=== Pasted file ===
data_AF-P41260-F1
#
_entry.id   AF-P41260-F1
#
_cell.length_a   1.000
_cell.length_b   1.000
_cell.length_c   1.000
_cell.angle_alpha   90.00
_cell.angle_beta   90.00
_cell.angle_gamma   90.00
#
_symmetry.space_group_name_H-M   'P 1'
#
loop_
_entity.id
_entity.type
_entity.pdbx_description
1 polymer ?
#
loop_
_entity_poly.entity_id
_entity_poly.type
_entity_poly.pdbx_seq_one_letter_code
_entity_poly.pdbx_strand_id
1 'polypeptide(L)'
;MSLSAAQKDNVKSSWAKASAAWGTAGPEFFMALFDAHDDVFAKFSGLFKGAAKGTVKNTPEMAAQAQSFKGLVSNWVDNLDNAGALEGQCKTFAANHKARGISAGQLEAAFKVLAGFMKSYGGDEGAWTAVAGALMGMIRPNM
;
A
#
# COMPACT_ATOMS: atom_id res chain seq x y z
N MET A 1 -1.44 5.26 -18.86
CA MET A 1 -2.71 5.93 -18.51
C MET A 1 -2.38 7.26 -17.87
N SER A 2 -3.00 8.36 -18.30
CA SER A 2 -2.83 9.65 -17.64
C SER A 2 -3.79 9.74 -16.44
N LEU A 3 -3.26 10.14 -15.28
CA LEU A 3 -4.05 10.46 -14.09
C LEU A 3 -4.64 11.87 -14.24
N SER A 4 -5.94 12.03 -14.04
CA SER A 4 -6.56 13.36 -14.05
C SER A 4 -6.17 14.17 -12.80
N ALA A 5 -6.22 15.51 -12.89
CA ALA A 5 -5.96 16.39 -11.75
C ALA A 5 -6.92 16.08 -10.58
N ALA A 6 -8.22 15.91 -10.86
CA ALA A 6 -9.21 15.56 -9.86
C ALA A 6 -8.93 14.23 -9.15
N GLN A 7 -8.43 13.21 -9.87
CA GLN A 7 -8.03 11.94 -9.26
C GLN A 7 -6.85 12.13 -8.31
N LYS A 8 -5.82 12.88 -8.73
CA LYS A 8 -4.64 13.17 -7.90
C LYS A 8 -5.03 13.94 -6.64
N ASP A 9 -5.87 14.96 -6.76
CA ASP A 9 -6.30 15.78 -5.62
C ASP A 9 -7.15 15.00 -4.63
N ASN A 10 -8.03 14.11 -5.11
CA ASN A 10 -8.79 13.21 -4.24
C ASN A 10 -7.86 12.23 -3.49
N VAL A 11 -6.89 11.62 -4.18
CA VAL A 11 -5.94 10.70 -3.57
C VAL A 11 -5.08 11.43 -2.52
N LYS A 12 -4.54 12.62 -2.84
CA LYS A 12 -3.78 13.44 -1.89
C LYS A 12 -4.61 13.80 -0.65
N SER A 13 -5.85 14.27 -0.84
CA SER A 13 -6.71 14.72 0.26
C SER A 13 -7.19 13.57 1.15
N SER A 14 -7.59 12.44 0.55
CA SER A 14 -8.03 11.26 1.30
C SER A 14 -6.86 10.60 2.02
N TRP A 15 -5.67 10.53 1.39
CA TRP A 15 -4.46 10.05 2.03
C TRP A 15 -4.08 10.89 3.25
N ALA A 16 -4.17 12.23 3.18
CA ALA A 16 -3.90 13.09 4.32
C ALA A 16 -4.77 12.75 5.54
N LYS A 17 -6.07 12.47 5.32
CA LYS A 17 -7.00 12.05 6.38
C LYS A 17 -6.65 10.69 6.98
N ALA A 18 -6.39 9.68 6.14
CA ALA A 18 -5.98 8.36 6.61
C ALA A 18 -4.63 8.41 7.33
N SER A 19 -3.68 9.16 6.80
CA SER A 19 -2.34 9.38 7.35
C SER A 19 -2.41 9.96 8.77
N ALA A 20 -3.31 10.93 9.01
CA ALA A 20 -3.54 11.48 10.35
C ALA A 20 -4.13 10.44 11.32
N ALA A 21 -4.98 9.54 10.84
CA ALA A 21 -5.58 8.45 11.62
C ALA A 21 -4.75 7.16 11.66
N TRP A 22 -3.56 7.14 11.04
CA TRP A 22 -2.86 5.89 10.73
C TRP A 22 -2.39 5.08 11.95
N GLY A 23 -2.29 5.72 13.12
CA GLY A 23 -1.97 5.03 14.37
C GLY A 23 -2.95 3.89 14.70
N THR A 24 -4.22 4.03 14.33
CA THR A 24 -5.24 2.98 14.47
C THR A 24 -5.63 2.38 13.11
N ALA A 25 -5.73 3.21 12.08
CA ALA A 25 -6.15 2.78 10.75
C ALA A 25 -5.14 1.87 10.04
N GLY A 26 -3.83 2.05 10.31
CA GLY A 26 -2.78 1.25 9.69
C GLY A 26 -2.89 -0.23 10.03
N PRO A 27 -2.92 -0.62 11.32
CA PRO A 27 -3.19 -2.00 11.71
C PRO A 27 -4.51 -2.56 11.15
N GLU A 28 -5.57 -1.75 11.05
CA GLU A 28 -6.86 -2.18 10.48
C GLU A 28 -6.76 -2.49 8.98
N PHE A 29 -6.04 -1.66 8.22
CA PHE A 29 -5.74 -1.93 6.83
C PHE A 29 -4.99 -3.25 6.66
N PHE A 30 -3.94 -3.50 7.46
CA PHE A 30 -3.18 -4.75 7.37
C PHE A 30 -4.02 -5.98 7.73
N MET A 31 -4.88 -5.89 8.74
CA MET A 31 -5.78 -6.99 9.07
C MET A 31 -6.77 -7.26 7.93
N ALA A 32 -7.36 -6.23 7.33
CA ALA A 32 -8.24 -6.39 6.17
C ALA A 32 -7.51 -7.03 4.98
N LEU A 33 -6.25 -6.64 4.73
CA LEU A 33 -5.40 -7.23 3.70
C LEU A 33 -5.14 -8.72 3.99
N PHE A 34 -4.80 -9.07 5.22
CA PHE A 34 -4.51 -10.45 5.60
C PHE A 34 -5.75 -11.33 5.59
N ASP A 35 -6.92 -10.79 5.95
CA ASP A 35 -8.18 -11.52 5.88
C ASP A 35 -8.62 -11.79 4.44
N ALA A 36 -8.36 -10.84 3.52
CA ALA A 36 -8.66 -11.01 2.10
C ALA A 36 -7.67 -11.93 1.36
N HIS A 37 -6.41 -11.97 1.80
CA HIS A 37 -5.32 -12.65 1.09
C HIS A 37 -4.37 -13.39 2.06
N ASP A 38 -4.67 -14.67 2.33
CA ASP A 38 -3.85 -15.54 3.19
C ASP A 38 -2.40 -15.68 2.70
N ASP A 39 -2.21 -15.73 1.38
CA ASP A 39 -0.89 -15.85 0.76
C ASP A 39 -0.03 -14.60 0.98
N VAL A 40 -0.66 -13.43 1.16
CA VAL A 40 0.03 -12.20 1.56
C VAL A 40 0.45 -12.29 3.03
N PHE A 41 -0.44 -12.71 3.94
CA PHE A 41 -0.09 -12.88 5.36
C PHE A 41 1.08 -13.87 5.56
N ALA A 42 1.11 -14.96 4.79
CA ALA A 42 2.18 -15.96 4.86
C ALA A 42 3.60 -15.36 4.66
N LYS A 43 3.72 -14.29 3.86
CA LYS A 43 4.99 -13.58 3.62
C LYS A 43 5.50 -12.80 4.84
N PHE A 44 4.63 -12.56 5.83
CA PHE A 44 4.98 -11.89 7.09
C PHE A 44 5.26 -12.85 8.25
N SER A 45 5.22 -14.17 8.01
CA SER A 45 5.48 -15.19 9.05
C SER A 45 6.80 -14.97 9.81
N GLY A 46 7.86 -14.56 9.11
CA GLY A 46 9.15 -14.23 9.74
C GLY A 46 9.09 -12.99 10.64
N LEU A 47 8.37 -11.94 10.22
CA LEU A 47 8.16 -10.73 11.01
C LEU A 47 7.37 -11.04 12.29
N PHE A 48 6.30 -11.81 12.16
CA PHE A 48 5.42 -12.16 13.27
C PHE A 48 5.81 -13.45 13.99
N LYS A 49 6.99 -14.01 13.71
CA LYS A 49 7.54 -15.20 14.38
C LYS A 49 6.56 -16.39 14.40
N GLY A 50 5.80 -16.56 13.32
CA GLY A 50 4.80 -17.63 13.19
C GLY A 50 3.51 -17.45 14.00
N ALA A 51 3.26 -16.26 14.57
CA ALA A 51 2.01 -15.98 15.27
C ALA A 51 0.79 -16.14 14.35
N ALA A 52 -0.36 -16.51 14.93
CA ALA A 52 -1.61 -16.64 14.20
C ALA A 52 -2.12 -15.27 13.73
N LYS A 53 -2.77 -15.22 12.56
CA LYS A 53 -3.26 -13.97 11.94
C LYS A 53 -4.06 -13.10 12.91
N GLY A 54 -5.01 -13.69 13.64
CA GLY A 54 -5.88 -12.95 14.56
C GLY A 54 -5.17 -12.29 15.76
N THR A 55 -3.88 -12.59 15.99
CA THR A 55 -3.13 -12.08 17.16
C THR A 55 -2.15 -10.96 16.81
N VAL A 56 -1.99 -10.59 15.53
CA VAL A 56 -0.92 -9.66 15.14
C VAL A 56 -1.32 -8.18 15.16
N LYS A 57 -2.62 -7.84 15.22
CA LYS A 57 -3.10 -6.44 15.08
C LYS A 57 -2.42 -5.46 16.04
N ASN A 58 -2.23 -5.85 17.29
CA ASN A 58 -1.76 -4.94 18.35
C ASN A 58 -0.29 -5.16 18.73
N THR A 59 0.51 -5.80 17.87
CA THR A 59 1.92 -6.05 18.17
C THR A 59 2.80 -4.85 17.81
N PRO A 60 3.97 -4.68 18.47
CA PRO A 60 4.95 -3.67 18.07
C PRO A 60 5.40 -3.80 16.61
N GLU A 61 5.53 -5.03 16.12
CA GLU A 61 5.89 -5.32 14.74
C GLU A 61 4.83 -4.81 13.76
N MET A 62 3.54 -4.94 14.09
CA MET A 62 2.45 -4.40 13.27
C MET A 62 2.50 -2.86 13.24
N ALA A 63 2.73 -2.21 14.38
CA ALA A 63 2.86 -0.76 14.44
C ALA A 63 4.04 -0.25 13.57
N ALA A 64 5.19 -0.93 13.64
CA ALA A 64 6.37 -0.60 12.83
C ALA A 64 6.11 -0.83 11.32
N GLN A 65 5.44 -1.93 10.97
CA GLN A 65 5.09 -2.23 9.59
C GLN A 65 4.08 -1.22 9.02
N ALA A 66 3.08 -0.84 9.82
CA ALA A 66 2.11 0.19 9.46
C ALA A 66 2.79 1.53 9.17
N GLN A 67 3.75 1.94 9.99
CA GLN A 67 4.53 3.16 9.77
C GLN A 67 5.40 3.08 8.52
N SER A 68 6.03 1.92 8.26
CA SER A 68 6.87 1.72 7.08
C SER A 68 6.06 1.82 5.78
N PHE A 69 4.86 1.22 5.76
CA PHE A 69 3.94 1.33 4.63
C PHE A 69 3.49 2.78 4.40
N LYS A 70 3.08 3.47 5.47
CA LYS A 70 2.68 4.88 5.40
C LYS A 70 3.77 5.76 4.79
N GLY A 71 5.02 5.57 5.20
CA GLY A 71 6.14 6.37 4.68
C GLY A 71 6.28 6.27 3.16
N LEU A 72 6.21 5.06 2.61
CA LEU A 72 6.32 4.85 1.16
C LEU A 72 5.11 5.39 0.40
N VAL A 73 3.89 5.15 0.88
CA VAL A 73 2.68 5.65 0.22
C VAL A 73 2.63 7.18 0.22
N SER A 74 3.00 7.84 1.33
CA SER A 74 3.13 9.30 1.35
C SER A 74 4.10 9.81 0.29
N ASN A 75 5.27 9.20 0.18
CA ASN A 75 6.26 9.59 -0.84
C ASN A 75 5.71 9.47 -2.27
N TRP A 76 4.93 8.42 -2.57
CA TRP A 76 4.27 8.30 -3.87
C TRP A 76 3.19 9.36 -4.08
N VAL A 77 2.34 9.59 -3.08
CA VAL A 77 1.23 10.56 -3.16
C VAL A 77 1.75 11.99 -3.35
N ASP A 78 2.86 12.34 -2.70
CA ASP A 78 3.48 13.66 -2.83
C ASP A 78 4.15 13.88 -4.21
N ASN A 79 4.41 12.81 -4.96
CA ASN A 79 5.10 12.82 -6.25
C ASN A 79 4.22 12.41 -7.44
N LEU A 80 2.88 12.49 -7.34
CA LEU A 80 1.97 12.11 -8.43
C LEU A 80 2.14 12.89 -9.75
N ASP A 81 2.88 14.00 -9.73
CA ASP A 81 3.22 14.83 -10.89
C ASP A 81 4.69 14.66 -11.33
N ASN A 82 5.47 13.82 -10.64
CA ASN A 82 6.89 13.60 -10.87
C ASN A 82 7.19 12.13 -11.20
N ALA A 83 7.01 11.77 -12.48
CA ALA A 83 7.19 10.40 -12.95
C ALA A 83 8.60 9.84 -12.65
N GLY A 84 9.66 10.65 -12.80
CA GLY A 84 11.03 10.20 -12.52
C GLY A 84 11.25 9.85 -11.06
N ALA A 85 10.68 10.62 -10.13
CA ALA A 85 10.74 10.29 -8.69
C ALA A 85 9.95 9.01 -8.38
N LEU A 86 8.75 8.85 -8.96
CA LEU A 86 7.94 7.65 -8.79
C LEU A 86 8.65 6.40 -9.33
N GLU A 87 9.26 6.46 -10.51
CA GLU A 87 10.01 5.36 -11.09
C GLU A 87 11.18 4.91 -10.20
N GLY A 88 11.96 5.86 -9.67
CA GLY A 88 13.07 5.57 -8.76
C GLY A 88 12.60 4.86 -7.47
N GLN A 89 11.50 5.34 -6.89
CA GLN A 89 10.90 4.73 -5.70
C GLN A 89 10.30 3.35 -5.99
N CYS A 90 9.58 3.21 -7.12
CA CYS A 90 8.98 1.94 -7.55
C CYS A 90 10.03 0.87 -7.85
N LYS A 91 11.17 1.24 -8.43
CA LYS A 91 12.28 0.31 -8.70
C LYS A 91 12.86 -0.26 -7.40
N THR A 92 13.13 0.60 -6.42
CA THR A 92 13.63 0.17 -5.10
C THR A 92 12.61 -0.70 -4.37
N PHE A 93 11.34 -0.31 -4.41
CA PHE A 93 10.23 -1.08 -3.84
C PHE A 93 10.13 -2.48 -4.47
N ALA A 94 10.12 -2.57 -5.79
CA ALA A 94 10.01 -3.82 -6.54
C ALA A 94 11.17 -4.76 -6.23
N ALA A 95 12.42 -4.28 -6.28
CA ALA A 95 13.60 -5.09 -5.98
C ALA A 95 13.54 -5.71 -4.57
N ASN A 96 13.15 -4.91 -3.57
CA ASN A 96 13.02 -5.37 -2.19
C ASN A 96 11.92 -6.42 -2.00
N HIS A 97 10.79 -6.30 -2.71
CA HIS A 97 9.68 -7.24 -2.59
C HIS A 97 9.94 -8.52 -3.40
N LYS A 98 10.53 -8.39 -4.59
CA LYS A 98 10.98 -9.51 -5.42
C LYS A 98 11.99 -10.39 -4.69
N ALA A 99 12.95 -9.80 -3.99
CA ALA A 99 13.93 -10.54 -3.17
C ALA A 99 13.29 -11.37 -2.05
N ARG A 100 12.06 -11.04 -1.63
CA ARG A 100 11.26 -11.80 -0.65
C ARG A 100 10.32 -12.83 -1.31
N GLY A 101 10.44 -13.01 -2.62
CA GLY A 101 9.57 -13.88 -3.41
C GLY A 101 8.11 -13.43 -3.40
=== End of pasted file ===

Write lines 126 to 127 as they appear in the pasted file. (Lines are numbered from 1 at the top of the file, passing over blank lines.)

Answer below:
C ALA A 32 -7.51 -7.03 4.98
N LEU A 33 -6.25 -6.64 4.73